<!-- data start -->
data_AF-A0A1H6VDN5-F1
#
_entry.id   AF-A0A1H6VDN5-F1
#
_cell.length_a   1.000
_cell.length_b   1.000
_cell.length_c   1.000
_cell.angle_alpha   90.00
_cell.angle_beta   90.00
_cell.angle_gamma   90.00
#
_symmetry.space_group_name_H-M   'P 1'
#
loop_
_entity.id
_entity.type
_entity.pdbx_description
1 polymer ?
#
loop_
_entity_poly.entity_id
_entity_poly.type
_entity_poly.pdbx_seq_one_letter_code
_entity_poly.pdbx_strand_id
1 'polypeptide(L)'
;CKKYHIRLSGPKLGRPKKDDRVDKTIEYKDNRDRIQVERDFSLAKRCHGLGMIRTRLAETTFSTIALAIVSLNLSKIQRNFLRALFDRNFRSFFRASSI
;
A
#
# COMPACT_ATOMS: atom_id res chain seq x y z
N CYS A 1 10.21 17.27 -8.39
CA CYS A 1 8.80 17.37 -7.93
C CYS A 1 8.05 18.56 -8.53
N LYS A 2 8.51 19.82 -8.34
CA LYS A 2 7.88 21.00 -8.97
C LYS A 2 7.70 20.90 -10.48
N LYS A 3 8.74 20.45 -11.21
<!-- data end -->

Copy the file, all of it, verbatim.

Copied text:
data_AF-A0A1H6VDN5-F1
#
_entry.id   AF-A0A1H6VDN5-F1
#
_cell.length_a   1.000
_cell.length_b   1.000
_cell.length_c   1.000
_cell.angle_alpha   90.00
_cell.angle_beta   90.00
_cell.angle_gamma   90.00
#
_symmetry.space_group_name_H-M   'P 1'
#
loop_
_entity.id
_entity.type
_entity.pdbx_description
1 polymer ?
#
loop_
_entity_poly.entity_id
_entity_poly.type
_entity_poly.pdbx_seq_one_letter_code
_entity_poly.pdbx_strand_id
1 'polypeptide(L)'
;CKKYHIRLSGPKLGRPKKDDRVDKTIEYKDNRDRIQVERDFSLAKRCHGLGMIRTRLAETTFSTIALAIVSLNLSKIQRNFLRALFDRNFRSFFRASSI
;
A
#
# COMPACT_ATOMS: atom_id res chain seq x y z
N CYS A 1 10.21 17.27 -8.39
CA CYS A 1 8.80 17.37 -7.93
C CYS A 1 8.05 18.56 -8.53
N LYS A 2 8.51 19.82 -8.34
CA LYS A 2 7.88 21.00 -8.97
C LYS A 2 7.70 20.90 -10.48
N LYS A 3 8.74 20.45 -11.21